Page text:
Grounding techniques for trauma, anxiety, and panic
How you can get centered when these titans throw you out of balance.
Those who struggle with interruptions from trauma, anxiety, or panic know that these experiences can come out of nowhere and hit you like a 20-ton train. Often, the greater our stress level, the more we experience moments of feeling out of control and are consumed by worry or shut down by anxiety.
It is important to know what your most common triggers are: particular situations, people, thoughts, or feelings. The more familiar you become with your particular triggers (the things that happen before you experience anxiety or panic), the better you will become at anticipating the anxiety.
Here are several techniques you can use when you experience panic or anxiety or trauma symptoms (please note some of these may not work for you and it is advised you get help from a trained professional if you are consistently having these experiences):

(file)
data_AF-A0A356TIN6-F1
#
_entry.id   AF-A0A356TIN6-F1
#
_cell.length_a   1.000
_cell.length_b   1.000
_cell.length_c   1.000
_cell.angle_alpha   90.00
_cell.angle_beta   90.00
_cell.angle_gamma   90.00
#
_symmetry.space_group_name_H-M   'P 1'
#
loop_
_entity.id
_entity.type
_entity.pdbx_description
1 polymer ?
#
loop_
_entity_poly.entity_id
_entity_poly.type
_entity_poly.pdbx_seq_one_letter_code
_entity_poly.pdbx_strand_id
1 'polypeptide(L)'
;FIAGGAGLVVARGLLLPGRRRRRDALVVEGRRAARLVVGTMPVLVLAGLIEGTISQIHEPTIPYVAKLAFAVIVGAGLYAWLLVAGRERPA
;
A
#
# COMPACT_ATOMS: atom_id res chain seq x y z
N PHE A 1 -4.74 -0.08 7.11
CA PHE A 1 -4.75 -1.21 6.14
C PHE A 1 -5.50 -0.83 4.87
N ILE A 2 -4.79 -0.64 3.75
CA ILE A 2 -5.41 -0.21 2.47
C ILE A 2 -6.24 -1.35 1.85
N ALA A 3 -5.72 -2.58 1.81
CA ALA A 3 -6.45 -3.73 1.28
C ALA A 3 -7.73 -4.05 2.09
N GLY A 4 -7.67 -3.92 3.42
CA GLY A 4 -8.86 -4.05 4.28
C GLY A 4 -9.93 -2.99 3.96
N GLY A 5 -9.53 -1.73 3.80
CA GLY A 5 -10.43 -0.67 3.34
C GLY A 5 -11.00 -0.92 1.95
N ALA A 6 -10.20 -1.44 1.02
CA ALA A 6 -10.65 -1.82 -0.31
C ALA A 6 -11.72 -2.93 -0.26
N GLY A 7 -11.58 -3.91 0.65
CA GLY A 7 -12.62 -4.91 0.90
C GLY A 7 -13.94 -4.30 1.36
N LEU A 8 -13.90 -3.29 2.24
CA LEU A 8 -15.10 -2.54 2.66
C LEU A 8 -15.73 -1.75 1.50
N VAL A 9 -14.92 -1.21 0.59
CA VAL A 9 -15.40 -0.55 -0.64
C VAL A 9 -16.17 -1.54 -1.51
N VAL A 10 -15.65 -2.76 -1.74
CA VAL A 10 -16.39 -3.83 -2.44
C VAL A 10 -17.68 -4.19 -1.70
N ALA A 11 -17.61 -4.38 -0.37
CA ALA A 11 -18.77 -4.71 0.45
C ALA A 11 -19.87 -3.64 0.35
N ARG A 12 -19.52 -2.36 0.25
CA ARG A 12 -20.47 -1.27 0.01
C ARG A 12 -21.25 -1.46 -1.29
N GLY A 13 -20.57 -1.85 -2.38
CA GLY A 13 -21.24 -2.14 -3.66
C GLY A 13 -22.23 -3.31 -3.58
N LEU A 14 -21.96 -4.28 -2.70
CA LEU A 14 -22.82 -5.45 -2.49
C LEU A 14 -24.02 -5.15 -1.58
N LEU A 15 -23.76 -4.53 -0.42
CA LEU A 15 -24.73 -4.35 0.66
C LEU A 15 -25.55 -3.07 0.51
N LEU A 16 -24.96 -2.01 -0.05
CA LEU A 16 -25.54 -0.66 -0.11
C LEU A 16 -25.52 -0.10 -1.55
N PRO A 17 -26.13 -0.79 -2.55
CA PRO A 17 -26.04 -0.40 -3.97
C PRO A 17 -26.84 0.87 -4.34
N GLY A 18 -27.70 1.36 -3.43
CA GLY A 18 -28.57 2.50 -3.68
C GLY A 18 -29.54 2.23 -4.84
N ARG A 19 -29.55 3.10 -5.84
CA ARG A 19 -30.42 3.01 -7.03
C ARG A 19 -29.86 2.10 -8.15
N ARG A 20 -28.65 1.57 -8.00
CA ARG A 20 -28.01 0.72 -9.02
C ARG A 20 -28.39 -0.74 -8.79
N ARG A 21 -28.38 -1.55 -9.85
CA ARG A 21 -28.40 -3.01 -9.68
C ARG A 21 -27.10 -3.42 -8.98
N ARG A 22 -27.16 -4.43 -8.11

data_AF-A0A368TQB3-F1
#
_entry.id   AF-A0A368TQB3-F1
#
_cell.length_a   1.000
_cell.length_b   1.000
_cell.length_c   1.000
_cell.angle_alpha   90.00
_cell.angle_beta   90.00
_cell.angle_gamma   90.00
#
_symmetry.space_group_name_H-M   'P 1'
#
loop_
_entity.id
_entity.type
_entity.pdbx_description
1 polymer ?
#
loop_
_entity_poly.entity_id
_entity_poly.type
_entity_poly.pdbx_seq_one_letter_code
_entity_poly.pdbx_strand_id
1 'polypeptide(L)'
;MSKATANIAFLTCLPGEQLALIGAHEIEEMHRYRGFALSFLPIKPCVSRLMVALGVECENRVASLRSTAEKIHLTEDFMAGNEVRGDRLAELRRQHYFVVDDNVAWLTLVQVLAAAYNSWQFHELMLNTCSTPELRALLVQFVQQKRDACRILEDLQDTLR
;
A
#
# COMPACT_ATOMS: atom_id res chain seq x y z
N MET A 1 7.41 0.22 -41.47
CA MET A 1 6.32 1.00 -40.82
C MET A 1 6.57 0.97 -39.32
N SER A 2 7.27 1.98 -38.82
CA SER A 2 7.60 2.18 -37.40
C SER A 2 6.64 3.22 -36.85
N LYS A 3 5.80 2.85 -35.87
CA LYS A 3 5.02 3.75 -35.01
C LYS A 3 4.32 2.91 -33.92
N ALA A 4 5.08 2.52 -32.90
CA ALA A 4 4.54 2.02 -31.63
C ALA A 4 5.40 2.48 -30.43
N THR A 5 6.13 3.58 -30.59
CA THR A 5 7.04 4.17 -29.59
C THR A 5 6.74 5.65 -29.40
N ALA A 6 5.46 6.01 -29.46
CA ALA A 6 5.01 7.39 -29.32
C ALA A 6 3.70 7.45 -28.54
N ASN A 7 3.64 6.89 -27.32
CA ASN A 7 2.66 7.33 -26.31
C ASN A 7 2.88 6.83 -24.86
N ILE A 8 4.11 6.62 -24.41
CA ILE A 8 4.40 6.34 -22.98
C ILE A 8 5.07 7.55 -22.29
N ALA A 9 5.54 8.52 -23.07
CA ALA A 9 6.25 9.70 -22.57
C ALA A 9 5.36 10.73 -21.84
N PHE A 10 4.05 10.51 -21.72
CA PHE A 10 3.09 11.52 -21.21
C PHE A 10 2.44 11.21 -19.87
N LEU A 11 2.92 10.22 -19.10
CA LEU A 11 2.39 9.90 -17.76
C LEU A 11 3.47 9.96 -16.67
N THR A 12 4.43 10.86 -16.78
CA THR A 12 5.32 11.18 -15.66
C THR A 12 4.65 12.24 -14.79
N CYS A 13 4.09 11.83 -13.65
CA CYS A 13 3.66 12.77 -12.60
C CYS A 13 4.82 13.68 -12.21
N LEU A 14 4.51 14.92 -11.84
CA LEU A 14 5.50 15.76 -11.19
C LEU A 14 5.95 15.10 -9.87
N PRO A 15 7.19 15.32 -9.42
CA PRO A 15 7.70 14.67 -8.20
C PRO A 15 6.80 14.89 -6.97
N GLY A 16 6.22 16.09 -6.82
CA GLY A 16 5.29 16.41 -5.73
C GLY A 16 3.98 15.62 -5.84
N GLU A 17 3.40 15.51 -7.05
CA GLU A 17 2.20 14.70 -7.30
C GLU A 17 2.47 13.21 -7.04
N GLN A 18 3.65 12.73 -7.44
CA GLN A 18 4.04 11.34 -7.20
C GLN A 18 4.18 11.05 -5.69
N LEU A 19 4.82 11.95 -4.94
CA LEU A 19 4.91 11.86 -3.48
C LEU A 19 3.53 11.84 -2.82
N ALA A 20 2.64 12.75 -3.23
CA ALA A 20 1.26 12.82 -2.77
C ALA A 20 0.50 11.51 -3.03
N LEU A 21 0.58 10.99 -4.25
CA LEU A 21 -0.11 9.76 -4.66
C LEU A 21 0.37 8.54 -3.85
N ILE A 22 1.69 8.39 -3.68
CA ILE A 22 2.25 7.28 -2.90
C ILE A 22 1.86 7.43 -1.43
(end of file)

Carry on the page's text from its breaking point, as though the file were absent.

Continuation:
Orient yourself with your eyes. This technique comes from Peter Levine's somatic experiencing approach. The idea is that, when you begin to feel swept up in anxiety or panic, you actively look around the room and concretely assess the level of danger and safety. Instead of getting swallowed by the anxiety or panic, you can more concretely assess you actual level of safety.
Example: You are sitting in a coffee shop. All of a sudden, you feel it. You get hot, your heart begins to beat faster, and you can't breathe as easily. You feel fear in your body. You look around. The first thing that catches your eye is a man in a dark coat standing by the door. You're not sure how you feel about him. Then, you look and see a child happily playing with it's mother. You look over to see the baristas showing no sign of alarm. As you look around, you see that, despite your body reacting to signals of threat, your immediate environment is safe.